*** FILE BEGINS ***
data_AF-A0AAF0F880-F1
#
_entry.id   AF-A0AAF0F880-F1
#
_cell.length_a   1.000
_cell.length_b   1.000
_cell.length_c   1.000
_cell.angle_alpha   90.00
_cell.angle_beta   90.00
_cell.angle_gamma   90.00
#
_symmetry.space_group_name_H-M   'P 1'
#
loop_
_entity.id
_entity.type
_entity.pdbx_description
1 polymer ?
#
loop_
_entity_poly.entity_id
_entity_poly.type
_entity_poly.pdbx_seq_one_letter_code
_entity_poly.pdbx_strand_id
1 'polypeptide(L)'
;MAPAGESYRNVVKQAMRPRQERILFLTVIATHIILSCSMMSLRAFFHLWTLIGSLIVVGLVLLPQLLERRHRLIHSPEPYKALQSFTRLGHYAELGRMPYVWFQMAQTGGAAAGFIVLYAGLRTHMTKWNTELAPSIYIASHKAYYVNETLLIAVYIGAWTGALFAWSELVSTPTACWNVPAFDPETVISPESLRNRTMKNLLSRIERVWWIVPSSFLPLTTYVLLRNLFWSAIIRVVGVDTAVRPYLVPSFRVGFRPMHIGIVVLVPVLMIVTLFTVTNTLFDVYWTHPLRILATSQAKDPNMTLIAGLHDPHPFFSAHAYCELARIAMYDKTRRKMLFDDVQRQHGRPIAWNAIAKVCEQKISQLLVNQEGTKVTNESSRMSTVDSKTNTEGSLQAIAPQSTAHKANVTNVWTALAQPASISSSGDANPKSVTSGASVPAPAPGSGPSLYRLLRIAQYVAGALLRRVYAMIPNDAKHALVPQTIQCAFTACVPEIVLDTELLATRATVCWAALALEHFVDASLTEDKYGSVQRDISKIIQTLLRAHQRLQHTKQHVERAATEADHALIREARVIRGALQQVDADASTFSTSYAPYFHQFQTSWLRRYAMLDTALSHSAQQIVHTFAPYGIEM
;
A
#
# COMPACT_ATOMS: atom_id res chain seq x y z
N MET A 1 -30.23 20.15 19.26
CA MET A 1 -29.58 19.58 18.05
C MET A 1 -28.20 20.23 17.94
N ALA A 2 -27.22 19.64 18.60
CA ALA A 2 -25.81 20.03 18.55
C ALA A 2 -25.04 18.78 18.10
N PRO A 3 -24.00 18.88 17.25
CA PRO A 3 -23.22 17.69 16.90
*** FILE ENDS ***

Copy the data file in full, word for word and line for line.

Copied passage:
data_AF-A0AAF0F880-F1
#
_entry.id   AF-A0AAF0F880-F1
#
_cell.length_a   1.000
_cell.length_b   1.000
_cell.length_c   1.000
_cell.angle_alpha   90.00
_cell.angle_beta   90.00
_cell.angle_gamma   90.00
#
_symmetry.space_group_name_H-M   'P 1'
#
loop_
_entity.id
_entity.type
_entity.pdbx_description
1 polymer ?
#
loop_
_entity_poly.entity_id
_entity_poly.type
_entity_poly.pdbx_seq_one_letter_code
_entity_poly.pdbx_strand_id
1 'polypeptide(L)'
;MAPAGESYRNVVKQAMRPRQERILFLTVIATHIILSCSMMSLRAFFHLWTLIGSLIVVGLVLLPQLLERRHRLIHSPEPYKALQSFTRLGHYAELGRMPYVWFQMAQTGGAAAGFIVLYAGLRTHMTKWNTELAPSIYIASHKAYYVNETLLIAVYIGAWTGALFAWSELVSTPTACWNVPAFDPETVISPESLRNRTMKNLLSRIERVWWIVPSSFLPLTTYVLLRNLFWSAIIRVVGVDTAVRPYLVPSFRVGFRPMHIGIVVLVPVLMIVTLFTVTNTLFDVYWTHPLRILATSQAKDPNMTLIAGLHDPHPFFSAHAYCELARIAMYDKTRRKMLFDDVQRQHGRPIAWNAIAKVCEQKISQLLVNQEGTKVTNESSRMSTVDSKTNTEGSLQAIAPQSTAHKANVTNVWTALAQPASISSSGDANPKSVTSGASVPAPAPGSGPSLYRLLRIAQYVAGALLRRVYAMIPNDAKHALVPQTIQCAFTACVPEIVLDTELLATRATVCWAALALEHFVDASLTEDKYGSVQRDISKIIQTLLRAHQRLQHTKQHVERAATEADHALIREARVIRGALQQVDADASTFSTSYAPYFHQFQTSWLRRYAMLDTALSHSAQQIVHTFAPYGIEM
;
A
#
# COMPACT_ATOMS: atom_id res chain seq x y z
N MET A 1 -30.23 20.15 19.26
CA MET A 1 -29.58 19.58 18.05
C MET A 1 -28.20 20.23 17.94
N ALA A 2 -27.22 19.64 18.60
CA ALA A 2 -25.81 20.03 18.55
C ALA A 2 -25.04 18.78 18.10
N PRO A 3 -24.00 18.88 17.25
CA PRO A 3 -23.22 17.69 16.90